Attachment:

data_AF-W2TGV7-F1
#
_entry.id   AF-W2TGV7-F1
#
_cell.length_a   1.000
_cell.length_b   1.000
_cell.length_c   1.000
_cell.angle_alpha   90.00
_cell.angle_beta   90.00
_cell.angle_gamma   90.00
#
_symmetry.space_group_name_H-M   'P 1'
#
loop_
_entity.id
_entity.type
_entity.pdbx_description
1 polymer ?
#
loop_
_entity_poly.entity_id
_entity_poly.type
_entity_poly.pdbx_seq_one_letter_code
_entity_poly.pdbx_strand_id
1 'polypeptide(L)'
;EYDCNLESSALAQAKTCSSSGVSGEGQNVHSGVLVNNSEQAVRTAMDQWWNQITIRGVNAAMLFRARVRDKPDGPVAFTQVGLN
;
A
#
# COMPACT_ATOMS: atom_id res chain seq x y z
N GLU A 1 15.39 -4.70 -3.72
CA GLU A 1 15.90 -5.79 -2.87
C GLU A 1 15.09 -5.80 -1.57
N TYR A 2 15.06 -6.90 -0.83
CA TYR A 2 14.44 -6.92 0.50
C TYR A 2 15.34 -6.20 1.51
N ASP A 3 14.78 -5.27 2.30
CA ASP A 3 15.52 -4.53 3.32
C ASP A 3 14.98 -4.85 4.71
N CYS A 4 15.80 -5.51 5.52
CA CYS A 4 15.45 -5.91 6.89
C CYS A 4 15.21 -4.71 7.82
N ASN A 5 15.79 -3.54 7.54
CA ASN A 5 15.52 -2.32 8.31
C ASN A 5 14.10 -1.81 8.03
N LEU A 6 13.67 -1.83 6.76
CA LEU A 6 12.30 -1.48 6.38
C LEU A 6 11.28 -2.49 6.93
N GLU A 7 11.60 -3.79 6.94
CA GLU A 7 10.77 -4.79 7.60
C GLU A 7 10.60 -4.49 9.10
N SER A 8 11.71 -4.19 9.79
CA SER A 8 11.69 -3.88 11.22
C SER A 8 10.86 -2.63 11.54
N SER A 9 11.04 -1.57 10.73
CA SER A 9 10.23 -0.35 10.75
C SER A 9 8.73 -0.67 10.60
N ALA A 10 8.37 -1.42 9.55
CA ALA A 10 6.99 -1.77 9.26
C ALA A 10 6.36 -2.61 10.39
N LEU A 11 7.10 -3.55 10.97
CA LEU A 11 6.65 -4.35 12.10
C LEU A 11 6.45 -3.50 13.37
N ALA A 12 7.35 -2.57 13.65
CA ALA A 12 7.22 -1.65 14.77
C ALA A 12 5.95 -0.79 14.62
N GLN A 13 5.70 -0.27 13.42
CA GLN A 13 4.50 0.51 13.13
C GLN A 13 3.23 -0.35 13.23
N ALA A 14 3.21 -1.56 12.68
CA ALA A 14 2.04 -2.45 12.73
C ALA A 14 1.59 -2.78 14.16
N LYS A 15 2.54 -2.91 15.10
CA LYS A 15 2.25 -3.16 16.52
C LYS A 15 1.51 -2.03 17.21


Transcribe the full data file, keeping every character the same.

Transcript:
data_AF-W2TGV7-F1
#
_entry.id   AF-W2TGV7-F1
#
_cell.length_a   1.000
_cell.length_b   1.000
_cell.length_c   1.000
_cell.angle_alpha   90.00
_cell.angle_beta   90.00
_cell.angle_gamma   90.00
#
_symmetry.space_group_name_H-M   'P 1'
#
loop_
_entity.id
_entity.type
_entity.pdbx_description
1 polymer ?
#
loop_
_entity_poly.entity_id
_entity_poly.type
_entity_poly.pdbx_seq_one_letter_code
_entity_poly.pdbx_strand_id
1 'polypeptide(L)'
;EYDCNLESSALAQAKTCSSSGVSGEGQNVHSGVLVNNSEQAVRTAMDQWWNQITIRGVNAAMLFRARVRDKPDGPVAFTQVGLN
;
A
#
# COMPACT_ATOMS: atom_id res chain seq x y z
N GLU A 1 15.39 -4.70 -3.72
CA GLU A 1 15.90 -5.79 -2.87
C GLU A 1 15.09 -5.80 -1.57
N TYR A 2 15.06 -6.90 -0.83
CA TYR A 2 14.44 -6.92 0.50
C TYR A 2 15.34 -6.20 1.51
N ASP A 3 14.78 -5.27 2.30
CA ASP A 3 15.52 -4.53 3.32
C ASP A 3 14.98 -4.85 4.71
N CYS A 4 15.80 -5.51 5.52
CA CYS A 4 15.45 -5.91 6.89
C CYS A 4 15.21 -4.71 7.82
N ASN A 5 15.79 -3.54 7.54
CA ASN A 5 15.52 -2.32 8.31
C ASN A 5 14.10 -1.81 8.03
N LEU A 6 13.67 -1.83 6.76
CA LEU A 6 12.30 -1.48 6.38
C LEU A 6 11.28 -2.49 6.93
N GLU A 7 11.60 -3.79 6.94
CA GLU A 7 10.77 -4.79 7.60
C GLU A 7 10.60 -4.49 9.10
N SER A 8 11.71 -4.19 9.79
CA SER A 8 11.69 -3.88 11.22
C SER A 8 10.86 -2.63 11.54
N SER A 9 11.04 -1.57 10.73
CA SER A 9 10.23 -0.35 10.75
C SER A 9 8.73 -0.67 10.60
N ALA A 10 8.37 -1.42 9.55
CA ALA A 10 6.99 -1.77 9.26
C ALA A 10 6.36 -2.61 10.39
N LEU A 11 7.10 -3.55 10.97
CA LEU A 11 6.65 -4.35 12.10
C LEU A 11 6.45 -3.50 13.37
N ALA A 12 7.35 -2.57 13.65
CA ALA A 12 7.22 -1.65 14.77
C ALA A 12 5.95 -0.79 14.62
N GLN A 13 5.70 -0.27 13.42
CA GLN A 13 4.50 0.51 13.13
C GLN A 13 3.23 -0.35 13.23
N ALA A 14 3.21 -1.56 12.68
CA ALA A 14 2.04 -2.45 12.73
C ALA A 14 1.59 -2.78 14.16
N LYS A 15 2.54 -2.91 15.10
CA LYS A 15 2.25 -3.16 16.52
C LYS A 15 1.51 -2.03 17.21